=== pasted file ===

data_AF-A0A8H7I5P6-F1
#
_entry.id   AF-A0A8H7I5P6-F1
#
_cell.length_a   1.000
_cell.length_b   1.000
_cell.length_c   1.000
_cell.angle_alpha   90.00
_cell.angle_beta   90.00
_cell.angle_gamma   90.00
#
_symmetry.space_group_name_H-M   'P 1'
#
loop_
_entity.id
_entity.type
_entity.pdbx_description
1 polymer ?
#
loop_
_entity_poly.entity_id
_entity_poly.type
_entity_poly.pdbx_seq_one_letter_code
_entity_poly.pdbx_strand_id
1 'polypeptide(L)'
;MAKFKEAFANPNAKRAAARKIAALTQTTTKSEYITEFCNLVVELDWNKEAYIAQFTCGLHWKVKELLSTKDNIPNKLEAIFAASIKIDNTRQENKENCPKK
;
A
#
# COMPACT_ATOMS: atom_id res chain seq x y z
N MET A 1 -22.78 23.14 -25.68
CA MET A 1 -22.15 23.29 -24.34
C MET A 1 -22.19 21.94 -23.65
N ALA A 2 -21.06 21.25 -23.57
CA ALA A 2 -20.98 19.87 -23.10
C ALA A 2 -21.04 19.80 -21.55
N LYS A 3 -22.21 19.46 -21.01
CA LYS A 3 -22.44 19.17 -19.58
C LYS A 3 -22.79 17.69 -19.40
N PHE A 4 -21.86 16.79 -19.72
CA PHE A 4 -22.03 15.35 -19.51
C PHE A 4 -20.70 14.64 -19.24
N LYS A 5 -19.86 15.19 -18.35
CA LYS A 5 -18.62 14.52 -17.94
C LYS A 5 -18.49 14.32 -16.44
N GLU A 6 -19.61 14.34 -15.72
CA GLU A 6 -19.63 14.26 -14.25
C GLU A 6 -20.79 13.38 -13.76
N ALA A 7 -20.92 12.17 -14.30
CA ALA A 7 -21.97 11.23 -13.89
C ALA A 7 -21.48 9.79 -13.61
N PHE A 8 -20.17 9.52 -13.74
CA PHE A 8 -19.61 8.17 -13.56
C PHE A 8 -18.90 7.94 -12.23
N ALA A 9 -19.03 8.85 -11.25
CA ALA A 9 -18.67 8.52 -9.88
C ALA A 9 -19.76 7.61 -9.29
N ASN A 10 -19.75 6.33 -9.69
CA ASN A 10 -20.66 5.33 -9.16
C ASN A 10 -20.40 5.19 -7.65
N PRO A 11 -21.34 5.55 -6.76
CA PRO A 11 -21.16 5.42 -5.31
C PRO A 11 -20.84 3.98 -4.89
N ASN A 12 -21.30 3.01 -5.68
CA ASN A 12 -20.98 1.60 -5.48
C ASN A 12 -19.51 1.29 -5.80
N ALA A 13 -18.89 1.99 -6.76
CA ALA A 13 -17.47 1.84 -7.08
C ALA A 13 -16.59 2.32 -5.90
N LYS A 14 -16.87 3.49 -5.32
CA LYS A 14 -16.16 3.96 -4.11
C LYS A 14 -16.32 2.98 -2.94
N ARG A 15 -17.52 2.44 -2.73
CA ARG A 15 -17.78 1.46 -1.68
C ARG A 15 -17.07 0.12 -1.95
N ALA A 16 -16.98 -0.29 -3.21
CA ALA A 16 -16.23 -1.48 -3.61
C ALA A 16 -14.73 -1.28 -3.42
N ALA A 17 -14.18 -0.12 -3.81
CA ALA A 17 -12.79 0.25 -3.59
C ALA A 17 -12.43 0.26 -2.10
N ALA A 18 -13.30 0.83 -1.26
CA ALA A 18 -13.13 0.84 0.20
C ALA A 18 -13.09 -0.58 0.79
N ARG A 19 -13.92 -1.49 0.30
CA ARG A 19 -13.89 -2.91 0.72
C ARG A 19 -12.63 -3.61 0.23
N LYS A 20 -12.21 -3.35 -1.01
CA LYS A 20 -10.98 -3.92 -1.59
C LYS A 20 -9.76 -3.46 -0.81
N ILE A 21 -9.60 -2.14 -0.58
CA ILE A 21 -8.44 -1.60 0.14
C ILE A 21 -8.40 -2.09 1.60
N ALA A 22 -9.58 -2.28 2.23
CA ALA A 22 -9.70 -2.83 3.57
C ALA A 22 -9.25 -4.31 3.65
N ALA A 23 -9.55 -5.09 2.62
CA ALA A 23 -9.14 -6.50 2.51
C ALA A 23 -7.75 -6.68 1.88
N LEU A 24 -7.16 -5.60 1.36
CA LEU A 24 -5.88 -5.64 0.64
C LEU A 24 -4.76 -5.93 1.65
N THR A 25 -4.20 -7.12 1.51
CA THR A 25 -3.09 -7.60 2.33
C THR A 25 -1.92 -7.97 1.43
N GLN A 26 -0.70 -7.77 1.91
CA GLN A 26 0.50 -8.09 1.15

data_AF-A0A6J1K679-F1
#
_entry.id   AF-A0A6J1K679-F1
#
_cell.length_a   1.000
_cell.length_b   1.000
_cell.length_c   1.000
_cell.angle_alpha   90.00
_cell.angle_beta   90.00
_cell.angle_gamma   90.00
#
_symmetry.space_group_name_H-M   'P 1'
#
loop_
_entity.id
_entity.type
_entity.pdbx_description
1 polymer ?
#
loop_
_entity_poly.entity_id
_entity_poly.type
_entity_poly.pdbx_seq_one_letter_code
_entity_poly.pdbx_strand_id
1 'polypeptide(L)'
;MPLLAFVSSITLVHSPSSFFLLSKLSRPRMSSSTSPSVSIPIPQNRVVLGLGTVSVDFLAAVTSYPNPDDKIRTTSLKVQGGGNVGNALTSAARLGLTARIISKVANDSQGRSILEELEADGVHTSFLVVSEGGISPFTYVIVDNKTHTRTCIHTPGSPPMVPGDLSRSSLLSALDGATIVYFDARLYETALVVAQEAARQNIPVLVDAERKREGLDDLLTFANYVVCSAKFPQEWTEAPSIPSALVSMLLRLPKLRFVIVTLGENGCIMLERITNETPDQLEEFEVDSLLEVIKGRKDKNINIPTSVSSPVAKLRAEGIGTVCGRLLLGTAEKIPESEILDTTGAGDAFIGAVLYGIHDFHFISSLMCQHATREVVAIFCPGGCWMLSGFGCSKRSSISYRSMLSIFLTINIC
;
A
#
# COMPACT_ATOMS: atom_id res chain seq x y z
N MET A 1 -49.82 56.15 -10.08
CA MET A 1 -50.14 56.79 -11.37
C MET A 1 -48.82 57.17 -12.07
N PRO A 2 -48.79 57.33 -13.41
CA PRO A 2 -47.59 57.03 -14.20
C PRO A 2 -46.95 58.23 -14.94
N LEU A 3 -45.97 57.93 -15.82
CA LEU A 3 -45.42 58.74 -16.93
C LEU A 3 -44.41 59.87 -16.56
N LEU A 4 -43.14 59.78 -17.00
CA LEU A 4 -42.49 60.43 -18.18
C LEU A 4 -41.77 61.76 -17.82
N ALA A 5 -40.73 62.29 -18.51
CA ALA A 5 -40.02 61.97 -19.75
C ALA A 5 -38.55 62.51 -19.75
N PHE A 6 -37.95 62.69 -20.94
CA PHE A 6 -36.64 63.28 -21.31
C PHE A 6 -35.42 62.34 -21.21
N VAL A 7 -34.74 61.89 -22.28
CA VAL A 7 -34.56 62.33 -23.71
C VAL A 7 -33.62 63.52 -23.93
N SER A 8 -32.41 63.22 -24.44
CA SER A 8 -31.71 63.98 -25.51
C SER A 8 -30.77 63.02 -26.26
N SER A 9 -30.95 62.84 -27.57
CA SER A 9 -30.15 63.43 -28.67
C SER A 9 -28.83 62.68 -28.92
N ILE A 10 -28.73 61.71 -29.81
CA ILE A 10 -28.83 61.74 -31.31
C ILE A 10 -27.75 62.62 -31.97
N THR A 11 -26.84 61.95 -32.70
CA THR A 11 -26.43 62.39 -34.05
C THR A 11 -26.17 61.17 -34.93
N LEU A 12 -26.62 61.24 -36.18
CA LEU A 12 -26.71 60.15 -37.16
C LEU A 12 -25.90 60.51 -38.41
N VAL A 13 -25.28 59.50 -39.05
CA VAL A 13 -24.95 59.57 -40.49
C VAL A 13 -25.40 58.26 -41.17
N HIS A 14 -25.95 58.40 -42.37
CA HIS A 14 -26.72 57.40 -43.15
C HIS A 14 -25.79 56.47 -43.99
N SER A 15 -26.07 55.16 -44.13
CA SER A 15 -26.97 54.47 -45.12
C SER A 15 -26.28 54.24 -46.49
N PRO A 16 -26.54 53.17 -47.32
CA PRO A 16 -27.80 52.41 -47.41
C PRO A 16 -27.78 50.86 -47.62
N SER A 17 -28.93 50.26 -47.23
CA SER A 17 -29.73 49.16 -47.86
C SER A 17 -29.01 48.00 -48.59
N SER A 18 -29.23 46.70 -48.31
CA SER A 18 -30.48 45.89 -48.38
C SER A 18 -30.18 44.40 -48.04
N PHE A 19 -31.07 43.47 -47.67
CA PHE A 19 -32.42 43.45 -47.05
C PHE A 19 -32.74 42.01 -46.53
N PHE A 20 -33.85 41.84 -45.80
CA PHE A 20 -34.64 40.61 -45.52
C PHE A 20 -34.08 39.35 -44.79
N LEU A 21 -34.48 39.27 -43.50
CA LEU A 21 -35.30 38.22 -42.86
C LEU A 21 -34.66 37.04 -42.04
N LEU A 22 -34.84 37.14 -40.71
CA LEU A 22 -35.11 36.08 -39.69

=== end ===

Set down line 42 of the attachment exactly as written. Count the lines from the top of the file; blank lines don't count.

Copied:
C PHE A 4 -20.70 14.64 -19.24